It was the perfect food to associate with black people. Fried chicken is a food we primarily eat with our hands. That makes it a messy food to eat. When people think of fried chicken, they may think of making a mess or having to clean yourself once you are finished eating. So associating black people with fried chicken, brands an image of black people being dirty and unclean. It’s also an easy food to prepare. That is the part of associating fried chicken and laziness. Also, chicken is one of the cheaper meats. During slavery, it was easy for the slave handler to feed the slaves chicken and also cheap.
“How it’s possible to be both a taboo and a corporate mainstream thing just shows how complicated racism in America is.” Like watermelon, that other food that’s been a mainstay in racist depictions of blacks, chicken was also a good vehicle for racism because of the way people eat it. (According to government stats, blacks are underrepresented among watermelon consumers.) “It’s a food you eat with your hands, and therefore it’s dirty. Table manners are a way of determining who is worthy of respect or not.”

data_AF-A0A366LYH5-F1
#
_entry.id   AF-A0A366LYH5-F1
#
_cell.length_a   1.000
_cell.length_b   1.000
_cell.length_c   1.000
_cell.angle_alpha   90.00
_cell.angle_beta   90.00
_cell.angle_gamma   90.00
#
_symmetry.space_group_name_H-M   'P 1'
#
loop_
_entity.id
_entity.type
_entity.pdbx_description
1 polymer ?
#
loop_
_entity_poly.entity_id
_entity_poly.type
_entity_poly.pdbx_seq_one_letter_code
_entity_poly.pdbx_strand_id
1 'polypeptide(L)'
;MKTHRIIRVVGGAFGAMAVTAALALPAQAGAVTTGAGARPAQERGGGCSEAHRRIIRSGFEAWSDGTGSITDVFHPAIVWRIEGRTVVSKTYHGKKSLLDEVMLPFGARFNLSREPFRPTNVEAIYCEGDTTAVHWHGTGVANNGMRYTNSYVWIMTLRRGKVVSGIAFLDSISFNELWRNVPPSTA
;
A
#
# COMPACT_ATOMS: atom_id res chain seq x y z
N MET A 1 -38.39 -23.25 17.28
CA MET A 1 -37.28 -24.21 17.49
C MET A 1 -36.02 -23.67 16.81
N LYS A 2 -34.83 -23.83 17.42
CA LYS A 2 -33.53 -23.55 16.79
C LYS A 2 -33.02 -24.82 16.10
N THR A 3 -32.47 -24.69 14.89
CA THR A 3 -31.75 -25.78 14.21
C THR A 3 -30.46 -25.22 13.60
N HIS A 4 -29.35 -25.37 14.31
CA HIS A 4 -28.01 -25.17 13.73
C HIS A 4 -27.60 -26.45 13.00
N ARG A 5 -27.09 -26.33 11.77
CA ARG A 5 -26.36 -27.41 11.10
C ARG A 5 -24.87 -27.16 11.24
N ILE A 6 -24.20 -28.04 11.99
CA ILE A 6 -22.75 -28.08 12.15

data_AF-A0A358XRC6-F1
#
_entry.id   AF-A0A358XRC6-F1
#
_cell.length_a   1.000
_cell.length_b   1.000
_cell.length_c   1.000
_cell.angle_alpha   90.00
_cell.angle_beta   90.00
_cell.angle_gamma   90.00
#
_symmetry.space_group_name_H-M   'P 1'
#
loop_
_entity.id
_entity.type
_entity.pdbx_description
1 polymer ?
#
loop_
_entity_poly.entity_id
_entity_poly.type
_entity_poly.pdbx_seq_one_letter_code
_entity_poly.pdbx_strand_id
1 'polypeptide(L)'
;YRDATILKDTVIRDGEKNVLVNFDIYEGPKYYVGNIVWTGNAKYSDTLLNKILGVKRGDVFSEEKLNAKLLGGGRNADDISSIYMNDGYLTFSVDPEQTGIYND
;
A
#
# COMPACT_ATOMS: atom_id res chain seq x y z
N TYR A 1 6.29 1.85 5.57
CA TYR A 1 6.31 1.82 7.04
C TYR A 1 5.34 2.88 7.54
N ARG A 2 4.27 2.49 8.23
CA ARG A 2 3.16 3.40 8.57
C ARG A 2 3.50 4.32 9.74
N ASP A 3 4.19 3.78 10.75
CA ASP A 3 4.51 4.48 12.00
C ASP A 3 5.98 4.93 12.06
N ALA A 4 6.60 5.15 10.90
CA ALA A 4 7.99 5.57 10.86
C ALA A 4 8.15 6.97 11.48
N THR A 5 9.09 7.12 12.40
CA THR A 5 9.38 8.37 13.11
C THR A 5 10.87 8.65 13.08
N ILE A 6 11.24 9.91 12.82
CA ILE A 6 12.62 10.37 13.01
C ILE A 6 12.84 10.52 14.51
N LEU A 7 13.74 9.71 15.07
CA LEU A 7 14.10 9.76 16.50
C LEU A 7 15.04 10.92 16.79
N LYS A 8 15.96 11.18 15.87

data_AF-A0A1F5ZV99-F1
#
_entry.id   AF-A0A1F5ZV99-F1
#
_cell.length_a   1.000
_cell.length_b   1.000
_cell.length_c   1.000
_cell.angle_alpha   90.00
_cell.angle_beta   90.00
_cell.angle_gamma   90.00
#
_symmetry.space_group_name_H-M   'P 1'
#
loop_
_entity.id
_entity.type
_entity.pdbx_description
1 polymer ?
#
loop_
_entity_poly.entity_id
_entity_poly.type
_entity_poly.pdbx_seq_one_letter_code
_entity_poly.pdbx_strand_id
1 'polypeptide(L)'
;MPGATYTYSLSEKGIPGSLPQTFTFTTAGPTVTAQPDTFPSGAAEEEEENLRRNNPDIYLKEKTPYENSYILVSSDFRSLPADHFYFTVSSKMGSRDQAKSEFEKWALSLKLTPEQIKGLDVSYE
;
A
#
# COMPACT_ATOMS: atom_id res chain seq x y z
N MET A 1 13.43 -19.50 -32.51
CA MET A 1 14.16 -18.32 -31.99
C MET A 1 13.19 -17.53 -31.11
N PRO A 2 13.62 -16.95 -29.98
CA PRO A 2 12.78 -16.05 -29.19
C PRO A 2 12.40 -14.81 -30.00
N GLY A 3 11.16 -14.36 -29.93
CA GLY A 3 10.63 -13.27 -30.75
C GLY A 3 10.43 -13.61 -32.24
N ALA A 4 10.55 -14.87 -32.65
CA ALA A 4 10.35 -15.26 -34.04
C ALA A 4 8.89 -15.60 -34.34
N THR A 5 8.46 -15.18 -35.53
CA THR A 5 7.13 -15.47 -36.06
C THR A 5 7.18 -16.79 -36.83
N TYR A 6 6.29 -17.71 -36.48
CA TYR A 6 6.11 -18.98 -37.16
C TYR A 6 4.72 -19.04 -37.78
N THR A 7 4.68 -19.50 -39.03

Why Watermelon Is Racist
Watermelon has an even deeper and more sadistic history than fried chicken when it comes to racial stereotypes. Watermelon once had a positive association with African Americans during the inception of our freedom. It was politics that birthed the stereotypical association of the food. Free black people grew, ate and sold watermelons. This was fruit became the symbol of our ancestors freedom. Even before our people were free, that was a fruit that white slave drivers would let slaves sell. The fruit also remarkably has the colors: black, red and green. These are also the colors of the African flag and the colors have very deep meaning.